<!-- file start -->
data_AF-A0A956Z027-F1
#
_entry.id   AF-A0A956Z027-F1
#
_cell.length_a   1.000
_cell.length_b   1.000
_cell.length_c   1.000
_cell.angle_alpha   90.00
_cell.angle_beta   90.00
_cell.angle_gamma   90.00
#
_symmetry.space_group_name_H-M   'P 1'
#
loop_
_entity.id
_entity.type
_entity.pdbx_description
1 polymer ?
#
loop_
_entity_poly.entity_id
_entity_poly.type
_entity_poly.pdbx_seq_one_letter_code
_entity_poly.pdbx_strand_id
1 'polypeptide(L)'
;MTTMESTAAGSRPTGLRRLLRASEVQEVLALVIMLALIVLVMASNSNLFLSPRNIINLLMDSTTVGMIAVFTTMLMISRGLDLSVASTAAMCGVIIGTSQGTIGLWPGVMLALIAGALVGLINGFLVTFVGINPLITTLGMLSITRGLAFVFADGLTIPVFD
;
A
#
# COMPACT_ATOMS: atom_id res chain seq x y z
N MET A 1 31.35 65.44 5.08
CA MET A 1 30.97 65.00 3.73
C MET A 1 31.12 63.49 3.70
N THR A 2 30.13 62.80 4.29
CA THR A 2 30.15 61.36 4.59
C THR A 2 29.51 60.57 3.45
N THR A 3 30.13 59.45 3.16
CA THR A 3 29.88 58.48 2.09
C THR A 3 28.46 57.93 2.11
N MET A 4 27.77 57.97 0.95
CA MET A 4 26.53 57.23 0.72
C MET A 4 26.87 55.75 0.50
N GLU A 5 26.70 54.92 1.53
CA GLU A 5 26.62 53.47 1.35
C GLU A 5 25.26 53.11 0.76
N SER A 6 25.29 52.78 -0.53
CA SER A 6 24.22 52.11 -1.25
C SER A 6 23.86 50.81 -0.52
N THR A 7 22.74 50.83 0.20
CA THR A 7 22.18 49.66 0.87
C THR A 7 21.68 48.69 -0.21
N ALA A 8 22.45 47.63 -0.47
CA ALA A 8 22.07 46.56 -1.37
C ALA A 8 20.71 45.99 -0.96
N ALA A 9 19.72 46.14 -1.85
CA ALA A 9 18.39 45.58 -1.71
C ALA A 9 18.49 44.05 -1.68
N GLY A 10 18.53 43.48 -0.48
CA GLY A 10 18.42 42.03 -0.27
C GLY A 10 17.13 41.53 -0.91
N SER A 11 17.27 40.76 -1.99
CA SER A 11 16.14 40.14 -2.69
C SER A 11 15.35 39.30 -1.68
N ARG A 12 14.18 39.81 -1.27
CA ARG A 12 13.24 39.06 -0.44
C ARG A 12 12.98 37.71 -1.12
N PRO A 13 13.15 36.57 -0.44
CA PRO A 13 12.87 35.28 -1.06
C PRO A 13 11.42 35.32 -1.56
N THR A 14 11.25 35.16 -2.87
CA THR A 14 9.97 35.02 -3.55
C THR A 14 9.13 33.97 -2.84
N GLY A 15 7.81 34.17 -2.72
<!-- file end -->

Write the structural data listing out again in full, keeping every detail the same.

data_AF-A0A956Z027-F1
#
_entry.id   AF-A0A956Z027-F1
#
_cell.length_a   1.000
_cell.length_b   1.000
_cell.length_c   1.000
_cell.angle_alpha   90.00
_cell.angle_beta   90.00
_cell.angle_gamma   90.00
#
_symmetry.space_group_name_H-M   'P 1'
#
loop_
_entity.id
_entity.type
_entity.pdbx_description
1 polymer ?
#
loop_
_entity_poly.entity_id
_entity_poly.type
_entity_poly.pdbx_seq_one_letter_code
_entity_poly.pdbx_strand_id
1 'polypeptide(L)'
;MTTMESTAAGSRPTGLRRLLRASEVQEVLALVIMLALIVLVMASNSNLFLSPRNIINLLMDSTTVGMIAVFTTMLMISRGLDLSVASTAAMCGVIIGTSQGTIGLWPGVMLALIAGALVGLINGFLVTFVGINPLITTLGMLSITRGLAFVFADGLTIPVFD
;
A
#
# COMPACT_ATOMS: atom_id res chain seq x y z
N MET A 1 31.35 65.44 5.08
CA MET A 1 30.97 65.00 3.73
C MET A 1 31.12 63.49 3.70
N THR A 2 30.13 62.80 4.29
CA THR A 2 30.15 61.36 4.59
C THR A 2 29.51 60.57 3.45
N THR A 3 30.13 59.45 3.16
CA THR A 3 29.88 58.48 2.09
C THR A 3 28.46 57.93 2.11
N MET A 4 27.77 57.97 0.95
CA MET A 4 26.53 57.23 0.72
C MET A 4 26.87 55.75 0.50
N GLU A 5 26.70 54.92 1.53
CA GLU A 5 26.62 53.47 1.35
C GLU A 5 25.26 53.11 0.76
N SER A 6 25.29 52.78 -0.53
CA SER A 6 24.22 52.11 -1.25
C SER A 6 23.86 50.81 -0.52
N THR A 7 22.74 50.83 0.20
CA THR A 7 22.18 49.66 0.87
C THR A 7 21.68 48.69 -0.21
N ALA A 8 22.45 47.63 -0.47
CA ALA A 8 22.07 46.56 -1.37
C ALA A 8 20.71 45.99 -0.96
N ALA A 9 19.72 46.14 -1.85
CA ALA A 9 18.39 45.58 -1.71
C ALA A 9 18.49 44.05 -1.68
N GLY A 10 18.53 43.48 -0.48
CA GLY A 10 18.42 42.03 -0.27
C GLY A 10 17.13 41.53 -0.91
N SER A 11 17.27 40.76 -1.99
CA SER A 11 16.14 40.14 -2.69
C SER A 11 15.35 39.30 -1.68
N ARG A 12 14.18 39.81 -1.27
CA ARG A 12 13.24 39.06 -0.44
C ARG A 12 12.98 37.71 -1.12
N PRO A 13 13.15 36.57 -0.44
CA PRO A 13 12.87 35.28 -1.06
C PRO A 13 11.42 35.32 -1.56
N THR A 14 11.25 35.16 -2.87
CA THR A 14 9.97 35.02 -3.55
C THR A 14 9.13 33.97 -2.84
N GLY A 15 7.81 34.17 -2.72